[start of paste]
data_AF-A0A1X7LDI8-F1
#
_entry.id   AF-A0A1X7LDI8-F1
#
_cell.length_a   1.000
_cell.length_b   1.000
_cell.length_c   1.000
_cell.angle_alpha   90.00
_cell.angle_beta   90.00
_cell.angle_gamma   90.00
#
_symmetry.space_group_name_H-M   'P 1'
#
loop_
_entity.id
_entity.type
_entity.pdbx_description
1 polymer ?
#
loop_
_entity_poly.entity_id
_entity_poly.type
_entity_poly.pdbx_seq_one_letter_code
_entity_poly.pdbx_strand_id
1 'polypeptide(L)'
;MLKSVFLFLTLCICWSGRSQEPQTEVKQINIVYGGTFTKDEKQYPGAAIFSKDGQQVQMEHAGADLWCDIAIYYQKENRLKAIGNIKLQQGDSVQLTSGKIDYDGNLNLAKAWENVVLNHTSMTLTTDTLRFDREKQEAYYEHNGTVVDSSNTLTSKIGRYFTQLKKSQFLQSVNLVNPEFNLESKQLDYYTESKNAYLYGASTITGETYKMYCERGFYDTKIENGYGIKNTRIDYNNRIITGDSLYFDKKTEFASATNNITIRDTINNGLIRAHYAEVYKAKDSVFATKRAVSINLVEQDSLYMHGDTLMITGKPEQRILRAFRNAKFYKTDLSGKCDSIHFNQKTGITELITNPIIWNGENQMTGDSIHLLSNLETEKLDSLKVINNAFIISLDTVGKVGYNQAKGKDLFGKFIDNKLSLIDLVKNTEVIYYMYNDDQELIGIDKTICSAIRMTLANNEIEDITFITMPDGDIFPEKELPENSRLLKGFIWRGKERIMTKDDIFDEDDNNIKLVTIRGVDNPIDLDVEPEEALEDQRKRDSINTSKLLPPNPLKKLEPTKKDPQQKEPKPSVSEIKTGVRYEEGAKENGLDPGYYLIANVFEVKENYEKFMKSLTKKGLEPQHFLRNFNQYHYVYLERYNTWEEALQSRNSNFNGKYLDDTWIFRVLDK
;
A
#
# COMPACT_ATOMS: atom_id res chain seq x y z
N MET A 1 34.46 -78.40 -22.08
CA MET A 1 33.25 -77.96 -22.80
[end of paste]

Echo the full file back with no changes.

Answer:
data_AF-A0A1X7LDI8-F1
#
_entry.id   AF-A0A1X7LDI8-F1
#
_cell.length_a   1.000
_cell.length_b   1.000
_cell.length_c   1.000
_cell.angle_alpha   90.00
_cell.angle_beta   90.00
_cell.angle_gamma   90.00
#
_symmetry.space_group_name_H-M   'P 1'
#
loop_
_entity.id
_entity.type
_entity.pdbx_description
1 polymer ?
#
loop_
_entity_poly.entity_id
_entity_poly.type
_entity_poly.pdbx_seq_one_letter_code
_entity_poly.pdbx_strand_id
1 'polypeptide(L)'
;MLKSVFLFLTLCICWSGRSQEPQTEVKQINIVYGGTFTKDEKQYPGAAIFSKDGQQVQMEHAGADLWCDIAIYYQKENRLKAIGNIKLQQGDSVQLTSGKIDYDGNLNLAKAWENVVLNHTSMTLTTDTLRFDREKQEAYYEHNGTVVDSSNTLTSKIGRYFTQLKKSQFLQSVNLVNPEFNLESKQLDYYTESKNAYLYGASTITGETYKMYCERGFYDTKIENGYGIKNTRIDYNNRIITGDSLYFDKKTEFASATNNITIRDTINNGLIRAHYAEVYKAKDSVFATKRAVSINLVEQDSLYMHGDTLMITGKPEQRILRAFRNAKFYKTDLSGKCDSIHFNQKTGITELITNPIIWNGENQMTGDSIHLLSNLETEKLDSLKVINNAFIISLDTVGKVGYNQAKGKDLFGKFIDNKLSLIDLVKNTEVIYYMYNDDQELIGIDKTICSAIRMTLANNEIEDITFITMPDGDIFPEKELPENSRLLKGFIWRGKERIMTKDDIFDEDDNNIKLVTIRGVDNPIDLDVEPEEALEDQRKRDSINTSKLLPPNPLKKLEPTKKDPQQKEPKPSVSEIKTGVRYEEGAKENGLDPGYYLIANVFEVKENYEKFMKSLTKKGLEPQHFLRNFNQYHYVYLERYNTWEEALQSRNSNFNGKYLDDTWIFRVLDK
;
A
#
# COMPACT_ATOMS: atom_id res chain seq x y z
N MET A 1 34.46 -78.40 -22.08
CA MET A 1 33.25 -77.96 -22.80